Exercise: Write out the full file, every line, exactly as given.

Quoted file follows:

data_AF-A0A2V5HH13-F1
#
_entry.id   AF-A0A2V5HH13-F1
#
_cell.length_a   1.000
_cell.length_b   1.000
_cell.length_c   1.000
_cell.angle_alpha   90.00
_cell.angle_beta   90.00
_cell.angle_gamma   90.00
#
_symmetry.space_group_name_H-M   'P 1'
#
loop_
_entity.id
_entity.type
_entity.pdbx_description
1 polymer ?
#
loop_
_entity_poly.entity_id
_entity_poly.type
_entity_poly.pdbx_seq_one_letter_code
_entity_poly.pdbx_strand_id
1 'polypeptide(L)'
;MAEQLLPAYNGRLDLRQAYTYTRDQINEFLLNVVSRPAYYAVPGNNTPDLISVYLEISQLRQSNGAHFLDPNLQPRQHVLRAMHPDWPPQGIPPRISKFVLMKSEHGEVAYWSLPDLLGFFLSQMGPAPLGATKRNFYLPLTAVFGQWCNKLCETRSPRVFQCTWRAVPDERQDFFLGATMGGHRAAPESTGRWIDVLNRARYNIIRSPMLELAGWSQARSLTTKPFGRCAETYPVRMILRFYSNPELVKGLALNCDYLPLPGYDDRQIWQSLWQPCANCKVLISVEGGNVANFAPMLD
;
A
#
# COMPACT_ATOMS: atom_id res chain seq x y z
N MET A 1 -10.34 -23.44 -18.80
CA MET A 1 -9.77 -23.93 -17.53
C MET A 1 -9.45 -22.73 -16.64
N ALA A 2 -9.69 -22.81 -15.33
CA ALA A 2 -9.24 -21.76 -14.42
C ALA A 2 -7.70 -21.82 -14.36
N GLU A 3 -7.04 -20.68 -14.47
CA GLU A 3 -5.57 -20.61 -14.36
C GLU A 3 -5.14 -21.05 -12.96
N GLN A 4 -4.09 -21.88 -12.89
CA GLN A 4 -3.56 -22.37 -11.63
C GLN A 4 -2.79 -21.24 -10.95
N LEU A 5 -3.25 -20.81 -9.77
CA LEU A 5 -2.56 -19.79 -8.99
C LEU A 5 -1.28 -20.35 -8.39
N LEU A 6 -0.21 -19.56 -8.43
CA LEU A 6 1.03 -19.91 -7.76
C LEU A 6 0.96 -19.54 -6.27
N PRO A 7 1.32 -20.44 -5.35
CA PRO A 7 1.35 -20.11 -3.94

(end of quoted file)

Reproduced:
data_AF-A0A2V5HH13-F1
#
_entry.id   AF-A0A2V5HH13-F1
#
_cell.length_a   1.000
_cell.length_b   1.000
_cell.length_c   1.000
_cell.angle_alpha   90.00
_cell.angle_beta   90.00
_cell.angle_gamma   90.00
#
_symmetry.space_group_name_H-M   'P 1'
#
loop_
_entity.id
_entity.type
_entity.pdbx_description
1 polymer ?
#
loop_
_entity_poly.entity_id
_entity_poly.type
_entity_poly.pdbx_seq_one_letter_code
_entity_poly.pdbx_strand_id
1 'polypeptide(L)'
;MAEQLLPAYNGRLDLRQAYTYTRDQINEFLLNVVSRPAYYAVPGNNTPDLISVYLEISQLRQSNGAHFLDPNLQPRQHVLRAMHPDWPPQGIPPRISKFVLMKSEHGEVAYWSLPDLLGFFLSQMGPAPLGATKRNFYLPLTAVFGQWCNKLCETRSPRVFQCTWRAVPDERQDFFLGATMGGHRAAPESTGRWIDVLNRARYNIIRSPMLELAGWSQARSLTTKPFGRCAETYPVRMILRFYSNPELVKGLALNCDYLPLPGYDDRQIWQSLWQPCANCKVLISVEGGNVANFAPMLD
;
A
#
# COMPACT_ATOMS: atom_id res chain seq x y z
N MET A 1 -10.34 -23.44 -18.80
CA MET A 1 -9.77 -23.93 -17.53
C MET A 1 -9.45 -22.73 -16.64
N ALA A 2 -9.69 -22.81 -15.33
CA ALA A 2 -9.24 -21.76 -14.42
C ALA A 2 -7.70 -21.82 -14.36
N GLU A 3 -7.04 -20.68 -14.47
CA GLU A 3 -5.57 -20.61 -14.36
C GLU A 3 -5.14 -21.05 -12.96
N GLN A 4 -4.09 -21.88 -12.89
CA GLN A 4 -3.56 -22.37 -11.63
C GLN A 4 -2.79 -21.24 -10.95
N LEU A 5 -3.25 -20.81 -9.77
CA LEU A 5 -2.56 -19.79 -8.99
C LEU A 5 -1.28 -20.35 -8.39
N LEU A 6 -0.21 -19.56 -8.43
CA LEU A 6 1.03 -19.91 -7.76
C LEU A 6 0.96 -19.54 -6.27
N PRO A 7 1.32 -20.44 -5.35
CA PRO A 7 1.35 -20.11 -3.94